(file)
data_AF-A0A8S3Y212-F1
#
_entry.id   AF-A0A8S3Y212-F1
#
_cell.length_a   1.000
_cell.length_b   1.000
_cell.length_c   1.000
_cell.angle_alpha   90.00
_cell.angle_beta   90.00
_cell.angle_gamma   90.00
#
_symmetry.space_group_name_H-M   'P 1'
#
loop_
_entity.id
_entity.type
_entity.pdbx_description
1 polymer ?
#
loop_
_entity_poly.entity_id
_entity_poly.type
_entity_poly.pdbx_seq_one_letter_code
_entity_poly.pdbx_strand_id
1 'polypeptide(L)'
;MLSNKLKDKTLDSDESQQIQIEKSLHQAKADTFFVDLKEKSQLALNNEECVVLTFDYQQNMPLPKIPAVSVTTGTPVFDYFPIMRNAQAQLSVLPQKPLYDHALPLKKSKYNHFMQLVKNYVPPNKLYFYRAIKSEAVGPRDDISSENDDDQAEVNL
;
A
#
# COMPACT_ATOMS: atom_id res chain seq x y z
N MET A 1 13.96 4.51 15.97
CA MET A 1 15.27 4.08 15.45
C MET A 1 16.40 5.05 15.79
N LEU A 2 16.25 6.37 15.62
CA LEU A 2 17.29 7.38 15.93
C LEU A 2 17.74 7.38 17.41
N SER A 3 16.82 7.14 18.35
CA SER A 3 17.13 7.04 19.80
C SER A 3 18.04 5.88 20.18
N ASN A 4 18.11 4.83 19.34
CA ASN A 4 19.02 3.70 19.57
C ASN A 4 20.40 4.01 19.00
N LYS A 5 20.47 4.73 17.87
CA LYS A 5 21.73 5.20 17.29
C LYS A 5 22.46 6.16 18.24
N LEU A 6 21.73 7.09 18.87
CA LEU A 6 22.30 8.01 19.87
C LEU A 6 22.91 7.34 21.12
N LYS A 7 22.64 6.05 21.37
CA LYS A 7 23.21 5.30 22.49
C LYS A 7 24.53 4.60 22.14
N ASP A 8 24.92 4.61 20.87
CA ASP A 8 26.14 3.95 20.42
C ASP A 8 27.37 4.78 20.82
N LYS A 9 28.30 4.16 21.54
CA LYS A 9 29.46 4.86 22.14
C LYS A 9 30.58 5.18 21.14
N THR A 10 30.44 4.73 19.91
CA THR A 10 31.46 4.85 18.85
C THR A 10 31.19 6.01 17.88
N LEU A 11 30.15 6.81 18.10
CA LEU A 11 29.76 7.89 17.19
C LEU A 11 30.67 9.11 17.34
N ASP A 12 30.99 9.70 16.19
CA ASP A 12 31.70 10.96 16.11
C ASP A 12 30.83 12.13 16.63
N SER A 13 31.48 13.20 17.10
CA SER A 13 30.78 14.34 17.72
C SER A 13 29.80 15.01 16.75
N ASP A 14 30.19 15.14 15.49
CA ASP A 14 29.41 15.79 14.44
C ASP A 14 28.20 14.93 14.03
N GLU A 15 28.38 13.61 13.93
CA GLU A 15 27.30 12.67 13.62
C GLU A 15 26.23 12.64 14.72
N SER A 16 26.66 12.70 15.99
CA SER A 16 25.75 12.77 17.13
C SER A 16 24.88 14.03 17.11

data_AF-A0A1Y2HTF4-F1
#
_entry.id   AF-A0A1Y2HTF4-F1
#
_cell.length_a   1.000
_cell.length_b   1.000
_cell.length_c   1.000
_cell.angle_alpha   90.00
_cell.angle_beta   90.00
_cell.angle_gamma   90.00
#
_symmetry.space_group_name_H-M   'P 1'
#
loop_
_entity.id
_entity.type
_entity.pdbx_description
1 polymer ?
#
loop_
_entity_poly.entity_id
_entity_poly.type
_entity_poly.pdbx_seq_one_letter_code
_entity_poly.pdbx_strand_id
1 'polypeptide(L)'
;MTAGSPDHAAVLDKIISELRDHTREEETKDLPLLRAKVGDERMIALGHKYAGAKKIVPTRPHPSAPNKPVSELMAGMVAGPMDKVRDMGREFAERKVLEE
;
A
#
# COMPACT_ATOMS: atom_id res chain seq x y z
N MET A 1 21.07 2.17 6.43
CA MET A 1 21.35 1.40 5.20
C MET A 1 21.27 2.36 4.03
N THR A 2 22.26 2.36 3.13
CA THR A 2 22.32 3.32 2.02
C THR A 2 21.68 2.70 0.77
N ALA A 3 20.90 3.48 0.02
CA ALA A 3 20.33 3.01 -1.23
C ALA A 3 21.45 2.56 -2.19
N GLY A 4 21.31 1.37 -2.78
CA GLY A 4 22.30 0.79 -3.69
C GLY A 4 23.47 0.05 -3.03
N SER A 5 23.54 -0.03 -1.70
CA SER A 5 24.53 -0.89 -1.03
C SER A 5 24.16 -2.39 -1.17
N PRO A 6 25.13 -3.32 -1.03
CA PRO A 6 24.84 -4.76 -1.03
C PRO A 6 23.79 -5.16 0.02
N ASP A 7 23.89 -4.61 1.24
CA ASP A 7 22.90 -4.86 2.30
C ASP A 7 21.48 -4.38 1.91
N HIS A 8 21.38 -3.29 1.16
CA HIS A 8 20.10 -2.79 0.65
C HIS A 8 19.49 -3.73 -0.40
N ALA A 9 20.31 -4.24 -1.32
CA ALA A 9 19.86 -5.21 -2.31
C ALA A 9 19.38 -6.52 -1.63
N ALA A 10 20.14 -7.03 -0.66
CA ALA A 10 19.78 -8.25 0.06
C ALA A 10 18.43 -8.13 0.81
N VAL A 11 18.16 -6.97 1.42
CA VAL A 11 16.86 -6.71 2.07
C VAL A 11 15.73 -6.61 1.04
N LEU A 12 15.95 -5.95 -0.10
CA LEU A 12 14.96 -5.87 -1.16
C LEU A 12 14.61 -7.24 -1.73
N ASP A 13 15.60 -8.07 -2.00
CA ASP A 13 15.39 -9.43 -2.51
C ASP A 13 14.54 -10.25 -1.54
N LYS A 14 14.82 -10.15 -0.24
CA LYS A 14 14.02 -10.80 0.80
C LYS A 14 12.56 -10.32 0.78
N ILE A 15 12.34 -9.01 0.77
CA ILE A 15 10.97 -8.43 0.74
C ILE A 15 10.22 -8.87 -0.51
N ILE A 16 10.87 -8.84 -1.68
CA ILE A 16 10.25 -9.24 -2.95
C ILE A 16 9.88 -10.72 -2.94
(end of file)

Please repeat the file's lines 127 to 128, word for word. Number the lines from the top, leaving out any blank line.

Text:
N ASP A 7 23.89 -4.61 1.24
CA ASP A 7 22.90 -4.86 2.30